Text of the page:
Salt and your wheels
While our minds may be distracted from our cars over the Christmas and New Year holidays, spend a little time considering the damage that salt does to your car and, in particular, its road wheels.
Road salt accelerates corrosion. While modern car bodywork protection has improved significantly since the early 1980s, corrosion can still strike down an older car. Yet, even newer models are showing corrosion on their expensive alloy wheels, where moisture creeps past the clear lacquer paint and becomes trapped against the metal, a situation that causes white lines to appear, prior to the coating flaking off.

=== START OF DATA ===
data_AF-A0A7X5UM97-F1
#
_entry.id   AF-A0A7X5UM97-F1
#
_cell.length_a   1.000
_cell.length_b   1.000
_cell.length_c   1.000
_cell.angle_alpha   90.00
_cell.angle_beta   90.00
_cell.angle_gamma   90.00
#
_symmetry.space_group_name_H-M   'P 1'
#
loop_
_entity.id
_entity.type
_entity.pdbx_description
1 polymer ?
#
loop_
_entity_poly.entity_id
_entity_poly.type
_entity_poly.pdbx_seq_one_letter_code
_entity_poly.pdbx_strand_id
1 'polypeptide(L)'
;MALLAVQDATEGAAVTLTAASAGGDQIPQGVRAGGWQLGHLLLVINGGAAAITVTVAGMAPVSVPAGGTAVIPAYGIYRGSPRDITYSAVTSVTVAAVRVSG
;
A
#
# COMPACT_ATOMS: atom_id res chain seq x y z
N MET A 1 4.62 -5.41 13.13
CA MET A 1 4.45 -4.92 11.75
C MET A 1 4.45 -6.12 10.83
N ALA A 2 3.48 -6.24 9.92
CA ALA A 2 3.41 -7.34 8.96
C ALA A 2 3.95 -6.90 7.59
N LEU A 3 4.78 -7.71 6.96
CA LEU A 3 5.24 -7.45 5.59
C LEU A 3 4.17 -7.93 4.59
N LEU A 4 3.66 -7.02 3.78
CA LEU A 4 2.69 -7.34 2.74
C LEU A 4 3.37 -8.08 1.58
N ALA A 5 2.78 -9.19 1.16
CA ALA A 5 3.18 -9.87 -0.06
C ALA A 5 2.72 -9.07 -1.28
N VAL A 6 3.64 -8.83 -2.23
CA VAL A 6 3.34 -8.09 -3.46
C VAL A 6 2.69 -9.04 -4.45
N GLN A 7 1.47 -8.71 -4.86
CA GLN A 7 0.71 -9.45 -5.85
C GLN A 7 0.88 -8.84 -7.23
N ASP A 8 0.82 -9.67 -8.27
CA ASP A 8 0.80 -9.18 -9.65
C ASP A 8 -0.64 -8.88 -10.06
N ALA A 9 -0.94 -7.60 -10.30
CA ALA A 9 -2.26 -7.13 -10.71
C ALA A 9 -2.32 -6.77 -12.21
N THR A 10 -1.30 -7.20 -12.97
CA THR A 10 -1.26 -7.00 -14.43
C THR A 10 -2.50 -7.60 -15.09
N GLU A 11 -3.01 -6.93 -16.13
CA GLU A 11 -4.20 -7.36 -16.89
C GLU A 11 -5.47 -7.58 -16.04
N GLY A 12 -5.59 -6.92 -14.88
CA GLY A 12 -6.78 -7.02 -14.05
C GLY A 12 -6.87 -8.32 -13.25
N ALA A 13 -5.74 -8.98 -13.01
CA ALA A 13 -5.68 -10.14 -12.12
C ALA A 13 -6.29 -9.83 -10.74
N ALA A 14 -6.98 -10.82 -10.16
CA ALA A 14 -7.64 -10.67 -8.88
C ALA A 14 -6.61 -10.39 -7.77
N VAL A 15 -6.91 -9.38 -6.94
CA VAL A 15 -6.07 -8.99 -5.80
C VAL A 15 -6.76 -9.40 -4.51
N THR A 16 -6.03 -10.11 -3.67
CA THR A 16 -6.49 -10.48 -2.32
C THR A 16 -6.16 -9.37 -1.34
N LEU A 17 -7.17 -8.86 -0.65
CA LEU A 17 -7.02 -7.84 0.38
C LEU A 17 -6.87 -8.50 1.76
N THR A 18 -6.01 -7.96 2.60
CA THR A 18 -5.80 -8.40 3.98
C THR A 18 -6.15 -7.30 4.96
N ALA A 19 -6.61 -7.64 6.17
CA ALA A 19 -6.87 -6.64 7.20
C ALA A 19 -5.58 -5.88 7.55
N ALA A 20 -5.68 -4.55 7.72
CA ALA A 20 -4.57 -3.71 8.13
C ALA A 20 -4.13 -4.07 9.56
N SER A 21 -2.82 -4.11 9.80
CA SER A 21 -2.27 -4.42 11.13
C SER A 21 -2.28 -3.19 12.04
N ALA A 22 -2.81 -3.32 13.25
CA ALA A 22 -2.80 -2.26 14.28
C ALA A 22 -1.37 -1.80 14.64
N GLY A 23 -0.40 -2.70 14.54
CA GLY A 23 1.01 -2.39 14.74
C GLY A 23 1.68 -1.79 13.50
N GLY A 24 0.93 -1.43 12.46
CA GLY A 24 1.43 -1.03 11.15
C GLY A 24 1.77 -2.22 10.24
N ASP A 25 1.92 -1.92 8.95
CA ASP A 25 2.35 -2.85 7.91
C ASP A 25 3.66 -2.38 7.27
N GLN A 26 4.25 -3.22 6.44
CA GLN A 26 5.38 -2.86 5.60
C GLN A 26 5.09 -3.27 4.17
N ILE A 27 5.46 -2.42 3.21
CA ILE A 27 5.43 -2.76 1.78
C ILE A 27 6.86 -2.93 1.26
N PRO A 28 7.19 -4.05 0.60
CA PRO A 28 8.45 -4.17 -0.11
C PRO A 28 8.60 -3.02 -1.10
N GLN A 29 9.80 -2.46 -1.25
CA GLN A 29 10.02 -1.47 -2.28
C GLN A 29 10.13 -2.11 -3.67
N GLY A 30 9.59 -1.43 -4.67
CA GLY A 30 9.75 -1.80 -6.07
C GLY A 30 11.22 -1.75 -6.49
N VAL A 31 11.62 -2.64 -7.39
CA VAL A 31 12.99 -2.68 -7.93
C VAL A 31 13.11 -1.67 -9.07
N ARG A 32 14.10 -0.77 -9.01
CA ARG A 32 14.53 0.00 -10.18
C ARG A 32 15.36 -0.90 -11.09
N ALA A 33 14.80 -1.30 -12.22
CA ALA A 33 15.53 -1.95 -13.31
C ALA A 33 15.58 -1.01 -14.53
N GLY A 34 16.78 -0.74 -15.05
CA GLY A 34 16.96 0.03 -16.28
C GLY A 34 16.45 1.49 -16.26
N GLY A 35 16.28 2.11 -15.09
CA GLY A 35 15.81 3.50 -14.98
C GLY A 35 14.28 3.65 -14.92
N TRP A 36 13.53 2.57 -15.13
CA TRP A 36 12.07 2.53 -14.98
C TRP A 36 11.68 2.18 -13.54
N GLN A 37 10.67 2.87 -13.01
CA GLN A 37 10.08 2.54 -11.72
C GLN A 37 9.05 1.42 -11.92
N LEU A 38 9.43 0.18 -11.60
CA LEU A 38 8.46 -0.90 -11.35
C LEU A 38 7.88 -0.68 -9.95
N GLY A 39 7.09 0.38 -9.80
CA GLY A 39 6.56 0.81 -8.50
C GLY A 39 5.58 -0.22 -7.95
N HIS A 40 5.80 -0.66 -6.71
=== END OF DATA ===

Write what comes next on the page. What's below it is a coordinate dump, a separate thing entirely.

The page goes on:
While diamond-cut alloys seem to be especially vulnerable, due presumably to the highly polished surface being a more challenging surface for the lacquer to adhere, several alloy wheel reconditioning companies revealed to me that the aluminium-alloy wheels from Japanese and Korean-branded vehicles seem more prone than those from other makes, in their experiences. However, wheels of the premium brands, BMW and Mercedes-Benz included, are not immune.
Apart from being unsightly, corrosion can creep behind the seal between the tyre and rim, causing a slow puncture. Corrosion is accelerated further in areas where the paint has been chipped off by damage, such as ‘kerbing’.
Despite renovating your alloy wheels being a sound idea, prevention is better than cure. While washing your car regularly helps to preserve the bodywork, it is especially relevant for the vulnerable wheels, to remove as much salt, road grime and damaging brake lining residue, all of which encourage corrosion.